In operation, a first membrane or web feedstock, namely the inner liner material 13, is paid off from supply source reel 41 (in a direction indicated as Arrow A), such as may be a reel of sheet feedstock, and fed about a first take-up idler pulley or guide roller 44. In one embodiment, stops 45 at either end of guide roller 44 keep the inner liner 13 in alignment during conveyance through the machine 10. The inner liner feedstock 13 is then directed toward a second idler pulley or guide roller 46 (which likewise may also be equipped with stops), where it is mated with a second membrane or web feedstock, namely the outer liner material 12, which pays off a second supply source reel 50, in a direction indicated as Arrow B. The two webs run together around the second idler pulley or guide roller 46 (which is preferably equipped with stops 49) and then up to, and about, an upper roller mounted on an upright member 30, said upper roller being indicated as folding section infeed roller 48. In one embodiment the feedstock on the supply source reels may be polyethylene, although any flexible materials that are impermeable to fluids may be used.
The folding section includes a generally triangular or V-form folding framework 14, surmounting the underlying framework structure 15. The framework 14 forms an angle with the vertical of between approximately 0 and 90 degrees, inclusive, more preferably between approximately 30 and 60 degrees inclusive, and most preferably between approximately 40 and 50 degrees inclusive. The selection of the angle of the framework 14 may depend on such factors as the amount of friction between the surface of framework 14 and the inner and outer liners or the tension of the inner and outer liners when the apparatus 10 is in operation.
Framework 14 includes a pair of left and right hand break members 58 and 56, respectively, mounted to extend obliquely and in a mutually converging orientation with respect to the infeed path of the mated feedstock webs. The break members meet at an apex 60 located generally centrally with respect to the longitudinal edges of the incoming mated webs as observed at the folding section infeed roller 48, an altitude of the triangular or V-form structure so formed tending to extend perpendicularly relative to the axis of rotation of the folding section infeed roller 48. The centerline C of the folding section 14 extends from the apex 60 to bisect the base arm 54, forming an altitudinal bisector. In alternative embodiments of the invention, the base arm 54 may be absent, such that the folding section infeed roller 48 may comprise a base to generally define a triangular framework from what would otherwise be a V-form folding framework.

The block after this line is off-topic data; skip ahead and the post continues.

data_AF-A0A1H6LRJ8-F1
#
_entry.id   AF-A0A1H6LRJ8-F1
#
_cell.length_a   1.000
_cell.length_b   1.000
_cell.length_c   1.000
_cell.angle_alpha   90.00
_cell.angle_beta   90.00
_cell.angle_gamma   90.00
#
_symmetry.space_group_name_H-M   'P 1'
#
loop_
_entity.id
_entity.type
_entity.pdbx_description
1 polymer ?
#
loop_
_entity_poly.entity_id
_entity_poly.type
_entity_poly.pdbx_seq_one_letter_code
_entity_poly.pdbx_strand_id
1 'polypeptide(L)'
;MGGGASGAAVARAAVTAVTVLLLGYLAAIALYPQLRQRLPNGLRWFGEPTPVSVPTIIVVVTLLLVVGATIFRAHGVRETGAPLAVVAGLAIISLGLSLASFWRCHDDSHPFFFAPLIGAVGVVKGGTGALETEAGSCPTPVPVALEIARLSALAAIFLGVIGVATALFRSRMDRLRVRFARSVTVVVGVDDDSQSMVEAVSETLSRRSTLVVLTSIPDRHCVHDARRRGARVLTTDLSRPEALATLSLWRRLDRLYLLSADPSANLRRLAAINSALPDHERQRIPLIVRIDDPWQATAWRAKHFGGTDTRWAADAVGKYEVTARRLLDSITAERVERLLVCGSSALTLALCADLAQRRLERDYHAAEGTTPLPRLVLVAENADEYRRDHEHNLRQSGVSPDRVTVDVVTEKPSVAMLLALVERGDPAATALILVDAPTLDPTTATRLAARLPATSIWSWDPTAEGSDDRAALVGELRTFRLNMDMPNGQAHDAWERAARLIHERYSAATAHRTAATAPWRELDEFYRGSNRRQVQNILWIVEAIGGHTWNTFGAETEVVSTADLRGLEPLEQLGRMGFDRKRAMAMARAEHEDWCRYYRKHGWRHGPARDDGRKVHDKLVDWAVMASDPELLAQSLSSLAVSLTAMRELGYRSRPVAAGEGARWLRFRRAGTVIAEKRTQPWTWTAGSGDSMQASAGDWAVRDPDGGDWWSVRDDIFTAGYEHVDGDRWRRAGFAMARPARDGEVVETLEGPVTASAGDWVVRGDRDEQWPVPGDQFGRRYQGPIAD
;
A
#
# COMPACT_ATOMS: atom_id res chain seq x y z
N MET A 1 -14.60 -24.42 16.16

The longitudinal edges 52, 52′ of outer liner 12 flank the centerline C of the V-form or triangular framework 14, such that one longitudinal edge of the pair 52, 52′ passes over the right hand break member 56, and the other passes over the left hand break member 58. The inner liner 13 is mated to the outer liner 12 in a sideways offset position, such that the inner liner 13 passes over one of the break members, for example the left hand break member 58. As the liners 12 and 13 are drawn forward, the location of the fold moves progressively toward the center of the outer liner 12, such that both folds meet at the apex 60, yielding a central crease in the outer liner 12 as it is drawn onward in the web feed direction. The inner liner 13 lies entirely to one side of that crease, and is itself folded longitudinally.
The outer liner 12 comprises longitudinal edges 52 and 52′. In one embodiment, the inner liner 13 comprises a tubing web having a circumference that is less than the width of the outer liner 12. In an alternative embodiment, the inner liner 13 comprises a sheeting web having a width less than that of the outer liner 12, wherein the inner liner sheeting web is folded longitudinally and the longitudinal edges 43 of the sheeting web are mated to one of the edges 52 or 52′ of the outer liner on the framework 14, such that the inner liner fold 43′ is adjacent to the crease of the outer liner 12.
In some embodiments of the invention such as one illustrated in
In alternative embodiments such as one illustrated in
Further, while it may be possible to achieve such a result with a single inclined outfeed guide 76, yet another alternative embodiment comprises two or more sequentially positioned outfeed guides 76, a pair of outside idler pulleys upstream of the outfeed guide 76, as well as a downstream roller positioned to cause the band to feed flat into the calender.
In further embodiments, the calender 66 may be replaced by one or more such outfeed guides 76, such that the outfeed from the outfeed guide 76 is the folded outfeed band. In such embodiments, the outfeed guides 76 serve to facilitate seaming of the outer liner 12 and inner liner 13 by the seaming apparatus 74.